Tindall: England should keep policy
Mike Tindall has called on England to "stick to their guns" and keep refusing to select overseas-based stars, thereby shunning Steffon Armitage at the World Cup.
Former England captain Tindall backed head coach Stuart Lancaster's policy of excluding foreign-based players that could see Toulon flanker Armitage left in the wilderness.
World Cup-winner Tindall believes Armitage would have joined Bath last October - and would never have explored swapping allegiance to France - if he wanted an England recall badly enough.
"I think England should definitely stick to their guns," Tindall told Press Association Sport.
"If Steffon really wanted to play for England he would have come back.
"He looked at loan deals, Toulon wanted a lot of money to loan him, but he could have made it happen I'm sure.
"And you can't ignore the fact that he looked at trying to play for France.
"So it can't always be a one-way street where England have to do everything.
"You've got to have a share of the responsibility from both sides."
Armitage helped Toulon claim an unprecedented third straight European title in Saturday's 24-18 Champions Cup final victory over Clermont at Twickenham.
Former Bath full-back Nick Abendanon produced a scintillating second-half score, but also gifted Toulon a try for Mathieu Bastareaud in an erratic showing.
Abendanon's season has led to a clamour for the South Africa-born counter-attack king to be drafted into England's World Cup plans, adding to calls for Armitage's return.
Australia have relaxed their previously hard-line stance on overseas stars, so Wallabies based abroad with 60 or more Tests under their belts can now go to the World Cup.
Toulon's Drew Mitchell and Matt Giteau fall straight into that category and will doubtless boost Australia boss Michael Cheika's arsenal this autumn.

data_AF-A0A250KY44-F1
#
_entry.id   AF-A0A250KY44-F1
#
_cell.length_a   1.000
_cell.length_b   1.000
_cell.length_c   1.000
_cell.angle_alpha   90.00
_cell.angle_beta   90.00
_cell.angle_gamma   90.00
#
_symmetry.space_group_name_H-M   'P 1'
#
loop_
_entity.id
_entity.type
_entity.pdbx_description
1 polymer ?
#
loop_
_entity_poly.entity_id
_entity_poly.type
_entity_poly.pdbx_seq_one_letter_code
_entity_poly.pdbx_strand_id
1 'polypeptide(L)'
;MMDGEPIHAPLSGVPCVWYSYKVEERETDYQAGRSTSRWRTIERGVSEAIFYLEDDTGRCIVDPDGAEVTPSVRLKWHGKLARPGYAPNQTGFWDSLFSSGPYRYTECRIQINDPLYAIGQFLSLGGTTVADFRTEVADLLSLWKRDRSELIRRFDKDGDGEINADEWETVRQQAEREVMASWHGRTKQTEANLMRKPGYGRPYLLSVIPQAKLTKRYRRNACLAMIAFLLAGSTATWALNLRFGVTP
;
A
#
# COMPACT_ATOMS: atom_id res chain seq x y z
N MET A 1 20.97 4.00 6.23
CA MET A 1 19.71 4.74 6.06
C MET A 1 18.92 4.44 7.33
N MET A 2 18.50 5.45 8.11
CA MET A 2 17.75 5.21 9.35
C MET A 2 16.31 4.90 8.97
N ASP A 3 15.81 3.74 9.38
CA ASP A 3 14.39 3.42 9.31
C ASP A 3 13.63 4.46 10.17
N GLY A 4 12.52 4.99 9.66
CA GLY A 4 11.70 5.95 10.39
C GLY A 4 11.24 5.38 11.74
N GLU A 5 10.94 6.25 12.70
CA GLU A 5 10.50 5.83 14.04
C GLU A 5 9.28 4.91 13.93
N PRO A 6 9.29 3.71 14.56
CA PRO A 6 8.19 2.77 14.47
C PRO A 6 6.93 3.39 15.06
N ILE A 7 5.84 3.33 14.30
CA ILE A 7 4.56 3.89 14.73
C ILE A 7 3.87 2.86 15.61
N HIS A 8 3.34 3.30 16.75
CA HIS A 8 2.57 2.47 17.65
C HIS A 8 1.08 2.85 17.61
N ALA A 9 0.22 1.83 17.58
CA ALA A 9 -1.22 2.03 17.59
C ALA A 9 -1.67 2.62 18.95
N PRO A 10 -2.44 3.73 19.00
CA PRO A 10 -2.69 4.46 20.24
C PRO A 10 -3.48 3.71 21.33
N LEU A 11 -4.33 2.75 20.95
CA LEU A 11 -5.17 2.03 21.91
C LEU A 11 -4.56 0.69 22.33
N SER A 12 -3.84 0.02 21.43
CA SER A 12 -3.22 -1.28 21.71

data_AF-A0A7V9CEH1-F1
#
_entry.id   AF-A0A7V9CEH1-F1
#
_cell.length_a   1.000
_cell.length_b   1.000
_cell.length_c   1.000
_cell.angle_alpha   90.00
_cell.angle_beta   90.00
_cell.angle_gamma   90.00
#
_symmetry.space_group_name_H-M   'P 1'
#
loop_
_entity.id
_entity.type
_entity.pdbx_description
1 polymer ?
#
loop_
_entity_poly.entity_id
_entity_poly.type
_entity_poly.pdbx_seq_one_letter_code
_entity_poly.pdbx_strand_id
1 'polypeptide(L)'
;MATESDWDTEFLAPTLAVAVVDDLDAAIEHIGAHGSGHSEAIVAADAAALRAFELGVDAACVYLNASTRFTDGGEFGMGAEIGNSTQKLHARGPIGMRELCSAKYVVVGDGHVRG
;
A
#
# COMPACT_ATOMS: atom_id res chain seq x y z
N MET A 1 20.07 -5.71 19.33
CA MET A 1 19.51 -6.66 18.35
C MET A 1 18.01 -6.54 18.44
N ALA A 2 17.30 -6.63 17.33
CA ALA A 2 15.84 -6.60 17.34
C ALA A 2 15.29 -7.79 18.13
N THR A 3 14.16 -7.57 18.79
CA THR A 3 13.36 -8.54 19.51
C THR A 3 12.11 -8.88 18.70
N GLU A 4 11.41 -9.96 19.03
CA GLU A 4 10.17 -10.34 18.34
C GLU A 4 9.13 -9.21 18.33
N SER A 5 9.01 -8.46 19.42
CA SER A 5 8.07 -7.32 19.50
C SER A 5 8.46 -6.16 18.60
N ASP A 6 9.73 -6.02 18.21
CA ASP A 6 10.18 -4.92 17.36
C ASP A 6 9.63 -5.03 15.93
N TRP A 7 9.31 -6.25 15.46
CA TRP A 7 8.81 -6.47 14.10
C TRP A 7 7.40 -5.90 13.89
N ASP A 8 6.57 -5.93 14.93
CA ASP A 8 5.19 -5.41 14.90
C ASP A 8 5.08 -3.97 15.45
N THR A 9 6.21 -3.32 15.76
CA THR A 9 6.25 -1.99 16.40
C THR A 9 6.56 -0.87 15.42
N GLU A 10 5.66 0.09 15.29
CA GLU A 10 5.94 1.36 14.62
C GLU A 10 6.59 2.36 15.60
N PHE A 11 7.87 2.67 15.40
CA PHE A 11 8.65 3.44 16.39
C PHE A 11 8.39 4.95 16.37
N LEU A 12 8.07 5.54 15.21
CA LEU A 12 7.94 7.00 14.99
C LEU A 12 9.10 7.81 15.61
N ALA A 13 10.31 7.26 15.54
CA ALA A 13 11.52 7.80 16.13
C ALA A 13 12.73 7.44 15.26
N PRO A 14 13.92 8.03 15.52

Former Bath and Gloucester centre Tindall believes England must not bow to growing pressure to revise their policies however, adamant the approach protects the quality of the Aviva Premiership as well as the national side.
"It sets a good precedent for England if they stick to it, because I think players would see it if they didn't and that would open that door to others to move abroad too," said Tindall.
"You could see a load of players going to France and that would damage our club game.
"The fans have a real affinity with the top players in England, watching them week on week in the Premiership.
"If six or seven go to France I think you'd lose an edge of that link between club and country.
"The current rules also set the standard for young players; that they have to work hard in order to achieve things.
"If Nick Abendanon was playing like that at Bath now, he'd be in the England squad and pushing Mike Brown.
"But again he knew the rules when he left Bath last summer."
Tindall has spent his first year after retiring from rugby embracing a host of celebrity television opportunities rather than chase a return to coaching.
The 36-year-old had a dual player/backs coach role during his latter days at Gloucester - but now admits he is unsure whether he will seek a return to management.
From verbal sparring with celebrity dance expert Louie Spence on The Jump to honing survival skills with Bear Grylls, Tindall has embraced his profile in a hectic 12 months.
Gearing up for the third annual Mike Tindall Golf Day at Hertfordshire's The Grove on May 8, England's most-capped centre is keen to keep exploiting his name for the benefit of charity.
"Being away from rugby has given me the chance to determine whether I really want a future in coaching," said Tindall.
"It would have been easy to go straight to coaching again, but it's vital to know whether you're there for the right reasons and not because it's what you know.
"I'm probably not ready to go into coaching yet, at the moment I'm not missing it as much as I thought I would be.
"Maybe down the line I will, but you've got to get out there and examine where your strengths lie.
"We didn't know how much the golf day would make or how things would go, but we've raised just over £100,000 in two years.
"I can feel less self-conscious about having my name on the day's title when I see where the money raised goes.
"Rugby for Heroes supports a charity called On Course Foundation that aims to help ex-military servicemen into jobs around golf.
"Paul Swain lost an arm when a colleague stepped on an IED and he's now playing off 12 with one arm.
"It's humbling to help in any small way."
:: Mike Tindall MBE is patron for Rugby for Heroes and ambassador for the Midlands Air Ambulance.